Manifesta 6 Cyprus

23 Sep - 17 Dec 2006

23 September - 17 December 2006

Manifesta 6 was planned to take the form of a temporary art school, the Manifesta 6 School, comprised of three departments revolving around diverse cultural issues and debates, and each proposing a different structural model for art education. The proposed Manifesta 6 School is a postgraduate, trans-disciplinary program for approximately 90 participants from many parts of the world lasting about 12-weeks: (see full list of Manifesta 6 participants below). Inspired by such historical examples as Black Mountain College and the Bauhaus, the School would be a meeting ground for cultural producers in the region and beyond, and a platform for discussion and production.

In keeping with the past goals of Manifesta to open dialogue between West Europes artists and audiences and their Eastern European peers, Manifesta 6 intended to play a modest role in developing new forms of cultural partnerships, not only within the new Europe, but particularly between Europe and its immediate neighbouring regions. Such cultural partnerships in the context of Nicosia, a city located on the furthermost edge of European Community and divided into Greek and Turkish Cypriot sectors, specifically implies engagement and presence in both communities inhabiting this city.

Unfortunately, on June 1st, we received a letter from the Mayor of Nicosia, Cyprus, effectively terminating our contracts to organize Manifesta 6, the European Biennial of Contemporary Art in Nicosia. On June 2nd, Nicosia for Art Ltd. (the non-profit organization set up and owned by the Municipality of Nicosia to run the project) made a public announcement and circulated it internationally defining a variety of alleged breaches of contract by the curators, which led the city to cancel the project.

The alleged breaches of contract being referred to relate in large part to what Nicosia for Art Ltd. states as Recently and contrary to the original concept of the Manifesta 6 program the curatorial team insisted on the establishment and operation of an essential part of the Manifesta 6 School in the occupied part of Nicosia, a break of confidentiality and an unwillingness on the part of the curators to mediate the situation to reach an amicable compromise to allow for the project to be realized.

With regards to the primary issue around the location of a part of the school in the north, the contractual agreement made with the local authorities clearly defined Manifesta 6 as a bi-communal project, therefore, we believed ourselves to be working within the parameters outlined and agreed upon at the outset of the project. Accordingly, we developed the project in the spirit of this bi-communality, and throughout the process, the Greek Cypriot authorities not only agreed, but also encouraged this approach to working in both areas of the city and made numerous official public statements confirming their support.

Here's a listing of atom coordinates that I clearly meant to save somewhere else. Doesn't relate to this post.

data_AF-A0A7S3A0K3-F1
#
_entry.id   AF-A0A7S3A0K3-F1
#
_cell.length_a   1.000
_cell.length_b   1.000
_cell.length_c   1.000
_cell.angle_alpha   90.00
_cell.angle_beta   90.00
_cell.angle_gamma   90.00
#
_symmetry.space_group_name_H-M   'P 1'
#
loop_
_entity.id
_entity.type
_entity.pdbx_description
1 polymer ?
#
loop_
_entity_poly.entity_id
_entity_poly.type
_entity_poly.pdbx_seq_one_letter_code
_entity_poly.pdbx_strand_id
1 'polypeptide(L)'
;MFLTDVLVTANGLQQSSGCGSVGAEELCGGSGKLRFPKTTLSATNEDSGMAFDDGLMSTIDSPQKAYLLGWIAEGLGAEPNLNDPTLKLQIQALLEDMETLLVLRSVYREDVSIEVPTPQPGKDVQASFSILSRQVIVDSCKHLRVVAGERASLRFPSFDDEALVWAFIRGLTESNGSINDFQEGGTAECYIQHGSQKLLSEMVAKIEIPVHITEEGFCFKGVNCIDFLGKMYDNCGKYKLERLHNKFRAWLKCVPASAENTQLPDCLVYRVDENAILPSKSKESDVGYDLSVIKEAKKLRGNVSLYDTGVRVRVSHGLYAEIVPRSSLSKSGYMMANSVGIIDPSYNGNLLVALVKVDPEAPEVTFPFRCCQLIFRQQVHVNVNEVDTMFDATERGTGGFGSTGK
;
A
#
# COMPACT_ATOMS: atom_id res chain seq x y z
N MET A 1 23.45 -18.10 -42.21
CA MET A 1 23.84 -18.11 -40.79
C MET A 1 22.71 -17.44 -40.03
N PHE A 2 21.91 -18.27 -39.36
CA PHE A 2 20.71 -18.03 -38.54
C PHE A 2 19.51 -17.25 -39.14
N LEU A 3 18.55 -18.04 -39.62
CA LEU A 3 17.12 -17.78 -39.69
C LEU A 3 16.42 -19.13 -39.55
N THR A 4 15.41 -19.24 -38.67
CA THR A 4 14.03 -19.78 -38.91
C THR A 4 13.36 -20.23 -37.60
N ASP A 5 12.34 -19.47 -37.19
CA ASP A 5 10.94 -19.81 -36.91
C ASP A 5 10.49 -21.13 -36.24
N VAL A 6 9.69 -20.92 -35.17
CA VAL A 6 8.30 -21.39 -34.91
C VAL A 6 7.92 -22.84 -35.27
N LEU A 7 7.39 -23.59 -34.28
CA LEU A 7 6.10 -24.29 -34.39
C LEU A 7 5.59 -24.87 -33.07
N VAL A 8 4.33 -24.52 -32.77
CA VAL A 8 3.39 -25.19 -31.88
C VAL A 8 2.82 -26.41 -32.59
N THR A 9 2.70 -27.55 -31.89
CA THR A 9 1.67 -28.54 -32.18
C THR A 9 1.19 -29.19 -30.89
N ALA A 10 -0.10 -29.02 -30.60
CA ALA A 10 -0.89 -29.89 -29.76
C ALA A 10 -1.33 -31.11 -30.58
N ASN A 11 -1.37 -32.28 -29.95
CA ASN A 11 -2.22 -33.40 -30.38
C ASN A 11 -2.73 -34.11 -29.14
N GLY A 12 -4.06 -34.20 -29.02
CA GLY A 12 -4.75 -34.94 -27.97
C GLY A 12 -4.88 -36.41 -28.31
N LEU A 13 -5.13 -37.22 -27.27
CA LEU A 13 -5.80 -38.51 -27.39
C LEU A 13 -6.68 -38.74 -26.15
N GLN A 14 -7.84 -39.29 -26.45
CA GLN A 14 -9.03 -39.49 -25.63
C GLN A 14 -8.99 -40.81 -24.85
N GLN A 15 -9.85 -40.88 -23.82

The Manifesta 6 School was envisioned as an important cultural project to take place in a city whose political climate has been changing dramatically. Needless to say, we continued to work to safeguard this position while obviously making every effort to reach a compromise with Nicosia for Art Ltd. to ensure our concept is realized. Moreover, we continuously advocated for a transparency within the process to maintain responsible and accountable conditions for our collaborators and ourselves.

Unfortunately, throughout the course of the last six months, we were increasingly hindered by a lack of administrative support to realize the project, which simply climaxed with the termination of our contracts as the final gesture reflecting Nicosia for Arts unwillingness to resolve any disagreements. Although we can conjecture and analyze the problematics of the situation, we feel that our foremost priority now is to attempt to find a way to ensure that the commitments and hard work of all of those involved whether administratively or from the artistic side is not lost, and is treated with the utmost respect and support.

This cancellation of the Manifesta 6 School does a great disservice to the cultural community of Cyprus. Numerous artists, writers and academics who live on both sides of the island have sent us letters of support, protesting arbitrary action by local authorities that deprives the cultural community of an invaluable opportunity to meet and engage with their peers from around the world, noting that given the limited resources available at the local level, the mobilization of such interest and expertise for Nicosia is unprecedented and extremely special.